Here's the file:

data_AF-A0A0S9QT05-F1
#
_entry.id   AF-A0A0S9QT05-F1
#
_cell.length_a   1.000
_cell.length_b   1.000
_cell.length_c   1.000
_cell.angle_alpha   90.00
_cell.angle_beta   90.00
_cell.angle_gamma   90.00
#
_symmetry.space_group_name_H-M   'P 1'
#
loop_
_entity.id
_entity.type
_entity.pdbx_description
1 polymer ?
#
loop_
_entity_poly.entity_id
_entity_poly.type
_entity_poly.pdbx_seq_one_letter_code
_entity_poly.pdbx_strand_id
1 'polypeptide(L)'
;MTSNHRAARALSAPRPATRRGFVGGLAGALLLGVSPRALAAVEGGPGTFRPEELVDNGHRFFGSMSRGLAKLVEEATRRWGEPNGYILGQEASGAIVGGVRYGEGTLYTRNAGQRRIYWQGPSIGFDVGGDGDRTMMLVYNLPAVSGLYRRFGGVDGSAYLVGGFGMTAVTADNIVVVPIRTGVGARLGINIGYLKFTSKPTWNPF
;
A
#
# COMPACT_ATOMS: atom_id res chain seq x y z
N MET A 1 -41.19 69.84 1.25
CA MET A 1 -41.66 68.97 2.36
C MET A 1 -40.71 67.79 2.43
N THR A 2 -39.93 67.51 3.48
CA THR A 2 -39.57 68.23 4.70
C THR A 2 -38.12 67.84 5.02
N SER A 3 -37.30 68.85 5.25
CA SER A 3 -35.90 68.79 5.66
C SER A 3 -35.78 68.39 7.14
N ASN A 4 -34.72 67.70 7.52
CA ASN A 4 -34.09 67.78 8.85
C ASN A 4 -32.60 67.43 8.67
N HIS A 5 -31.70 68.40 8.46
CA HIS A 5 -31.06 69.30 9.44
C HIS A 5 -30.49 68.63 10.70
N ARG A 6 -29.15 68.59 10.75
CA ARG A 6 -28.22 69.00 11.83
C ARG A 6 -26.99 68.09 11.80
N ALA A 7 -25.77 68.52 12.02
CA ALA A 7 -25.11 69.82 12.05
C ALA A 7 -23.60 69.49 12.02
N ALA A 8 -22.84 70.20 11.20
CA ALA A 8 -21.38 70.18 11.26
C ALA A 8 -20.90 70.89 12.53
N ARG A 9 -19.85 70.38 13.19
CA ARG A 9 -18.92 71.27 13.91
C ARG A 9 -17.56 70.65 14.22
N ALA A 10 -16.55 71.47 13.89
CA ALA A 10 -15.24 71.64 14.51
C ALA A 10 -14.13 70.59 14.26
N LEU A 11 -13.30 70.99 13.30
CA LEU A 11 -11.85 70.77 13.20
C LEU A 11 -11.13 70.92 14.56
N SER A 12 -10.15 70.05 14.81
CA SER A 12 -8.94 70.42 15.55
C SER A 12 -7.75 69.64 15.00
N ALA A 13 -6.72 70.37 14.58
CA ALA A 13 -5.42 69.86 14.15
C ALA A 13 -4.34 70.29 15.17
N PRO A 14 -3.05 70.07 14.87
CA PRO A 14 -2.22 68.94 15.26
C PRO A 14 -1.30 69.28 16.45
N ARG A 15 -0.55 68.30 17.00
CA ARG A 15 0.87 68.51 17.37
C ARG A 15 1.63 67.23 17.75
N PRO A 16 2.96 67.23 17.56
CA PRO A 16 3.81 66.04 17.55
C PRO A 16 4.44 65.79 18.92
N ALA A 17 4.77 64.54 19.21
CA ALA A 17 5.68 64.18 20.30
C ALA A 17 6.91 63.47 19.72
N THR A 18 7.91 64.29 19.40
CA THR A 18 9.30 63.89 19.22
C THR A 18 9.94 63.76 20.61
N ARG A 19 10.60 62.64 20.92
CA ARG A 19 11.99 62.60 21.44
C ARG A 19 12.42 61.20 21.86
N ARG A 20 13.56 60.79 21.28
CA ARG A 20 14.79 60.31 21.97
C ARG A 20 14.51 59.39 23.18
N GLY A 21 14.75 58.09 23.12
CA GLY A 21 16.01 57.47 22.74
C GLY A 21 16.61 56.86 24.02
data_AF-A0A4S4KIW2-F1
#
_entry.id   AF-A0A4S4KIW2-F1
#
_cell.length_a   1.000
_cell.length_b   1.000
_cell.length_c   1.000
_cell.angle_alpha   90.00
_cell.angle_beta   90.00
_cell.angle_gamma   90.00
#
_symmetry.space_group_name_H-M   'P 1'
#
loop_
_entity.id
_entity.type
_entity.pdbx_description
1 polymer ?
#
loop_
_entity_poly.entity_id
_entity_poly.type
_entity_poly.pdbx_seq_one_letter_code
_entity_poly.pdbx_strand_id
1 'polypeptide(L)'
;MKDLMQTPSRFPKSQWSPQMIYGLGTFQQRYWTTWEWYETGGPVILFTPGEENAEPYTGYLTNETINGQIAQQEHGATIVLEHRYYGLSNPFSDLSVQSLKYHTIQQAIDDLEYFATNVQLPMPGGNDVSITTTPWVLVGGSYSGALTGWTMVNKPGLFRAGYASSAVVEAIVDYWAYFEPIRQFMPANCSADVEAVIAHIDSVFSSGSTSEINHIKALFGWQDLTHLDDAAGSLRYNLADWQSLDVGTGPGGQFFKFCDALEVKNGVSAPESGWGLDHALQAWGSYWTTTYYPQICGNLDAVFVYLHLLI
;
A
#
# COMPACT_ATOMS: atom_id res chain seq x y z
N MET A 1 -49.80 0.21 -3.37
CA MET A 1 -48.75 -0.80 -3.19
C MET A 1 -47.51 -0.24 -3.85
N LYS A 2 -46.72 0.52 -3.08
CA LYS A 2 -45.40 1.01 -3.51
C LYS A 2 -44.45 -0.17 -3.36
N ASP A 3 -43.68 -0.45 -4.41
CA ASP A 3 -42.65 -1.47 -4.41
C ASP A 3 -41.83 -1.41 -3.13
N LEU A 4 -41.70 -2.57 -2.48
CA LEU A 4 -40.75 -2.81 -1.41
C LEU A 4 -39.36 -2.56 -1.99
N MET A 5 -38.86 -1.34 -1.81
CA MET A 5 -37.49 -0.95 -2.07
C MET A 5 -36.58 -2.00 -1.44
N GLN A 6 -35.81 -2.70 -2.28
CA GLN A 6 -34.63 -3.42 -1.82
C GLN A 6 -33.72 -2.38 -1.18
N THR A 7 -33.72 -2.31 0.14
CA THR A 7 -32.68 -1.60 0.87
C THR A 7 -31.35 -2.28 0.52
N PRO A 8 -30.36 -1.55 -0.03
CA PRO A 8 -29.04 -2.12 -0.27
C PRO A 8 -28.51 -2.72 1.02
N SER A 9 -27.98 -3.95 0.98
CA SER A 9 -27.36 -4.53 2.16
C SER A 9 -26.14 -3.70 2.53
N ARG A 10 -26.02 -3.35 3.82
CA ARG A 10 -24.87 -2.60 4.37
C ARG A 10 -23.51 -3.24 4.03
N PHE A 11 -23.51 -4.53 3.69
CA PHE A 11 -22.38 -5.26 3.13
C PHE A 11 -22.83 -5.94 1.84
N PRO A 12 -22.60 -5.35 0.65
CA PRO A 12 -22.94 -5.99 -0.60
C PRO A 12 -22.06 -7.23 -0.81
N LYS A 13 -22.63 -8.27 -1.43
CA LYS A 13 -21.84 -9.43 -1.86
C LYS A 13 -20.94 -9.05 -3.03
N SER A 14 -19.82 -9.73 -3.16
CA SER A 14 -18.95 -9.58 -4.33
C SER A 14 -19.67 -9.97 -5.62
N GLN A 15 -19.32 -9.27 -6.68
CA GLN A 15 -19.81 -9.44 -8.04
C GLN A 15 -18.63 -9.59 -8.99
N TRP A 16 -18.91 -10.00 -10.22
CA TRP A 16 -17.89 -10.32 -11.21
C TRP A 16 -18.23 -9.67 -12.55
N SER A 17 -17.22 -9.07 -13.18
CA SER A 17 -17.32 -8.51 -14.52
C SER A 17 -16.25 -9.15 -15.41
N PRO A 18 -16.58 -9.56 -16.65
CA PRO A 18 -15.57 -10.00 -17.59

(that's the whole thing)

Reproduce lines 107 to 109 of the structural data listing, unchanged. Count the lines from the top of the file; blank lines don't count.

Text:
loop_
_entity.id
_entity.type